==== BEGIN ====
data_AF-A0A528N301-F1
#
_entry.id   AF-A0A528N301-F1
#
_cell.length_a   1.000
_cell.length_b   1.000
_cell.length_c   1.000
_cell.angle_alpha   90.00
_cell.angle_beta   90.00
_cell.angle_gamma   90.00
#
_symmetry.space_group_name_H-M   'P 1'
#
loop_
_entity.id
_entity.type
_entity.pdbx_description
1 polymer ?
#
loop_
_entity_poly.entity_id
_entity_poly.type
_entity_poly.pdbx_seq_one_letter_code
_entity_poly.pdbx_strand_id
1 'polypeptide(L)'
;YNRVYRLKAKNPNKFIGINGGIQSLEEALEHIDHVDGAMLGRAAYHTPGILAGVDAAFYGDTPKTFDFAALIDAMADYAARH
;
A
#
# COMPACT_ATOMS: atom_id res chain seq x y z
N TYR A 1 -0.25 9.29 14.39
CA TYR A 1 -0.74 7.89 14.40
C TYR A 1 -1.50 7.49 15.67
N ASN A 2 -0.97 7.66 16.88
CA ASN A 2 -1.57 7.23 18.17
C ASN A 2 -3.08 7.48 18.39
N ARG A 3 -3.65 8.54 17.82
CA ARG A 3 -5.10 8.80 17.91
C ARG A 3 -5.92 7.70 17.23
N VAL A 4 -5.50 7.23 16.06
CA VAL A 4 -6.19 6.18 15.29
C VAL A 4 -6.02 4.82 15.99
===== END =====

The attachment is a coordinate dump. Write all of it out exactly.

data_AF-A0A528N301-F1
#
_entry.id   AF-A0A528N301-F1
#
_cell.length_a   1.000
_cell.length_b   1.000
_cell.length_c   1.000
_cell.angle_alpha   90.00
_cell.angle_beta   90.00
_cell.angle_gamma   90.00
#
_symmetry.space_group_name_H-M   'P 1'
#
loop_
_entity.id
_entity.type
_entity.pdbx_description
1 polymer ?
#
loop_
_entity_poly.entity_id
_entity_poly.type
_entity_poly.pdbx_seq_one_letter_code
_entity_poly.pdbx_strand_id
1 'polypeptide(L)'
;YNRVYRLKAKNPNKFIGINGGIQSLEEALEHIDHVDGAMLGRAAYHTPGILAGVDAAFYGDTPKTFDFAALIDAMADYAARH
;
A
#
# COMPACT_ATOMS: atom_id res chain seq x y z
N TYR A 1 -0.25 9.29 14.39
CA TYR A 1 -0.74 7.89 14.40
C TYR A 1 -1.50 7.49 15.67
N ASN A 2 -0.97 7.66 16.88
CA ASN A 2 -1.57 7.23 18.17
C ASN A 2 -3.08 7.48 18.39
N ARG A 3 -3.65 8.54 17.82
CA ARG A 3 -5.10 8.80 17.91
C ARG A 3 -5.92 7.70 17.23
N VAL A 4 -5.50 7.23 16.06
CA VAL A 4 -6.19 6.18 15.29
C VAL A 4 -6.02 4.82 15.99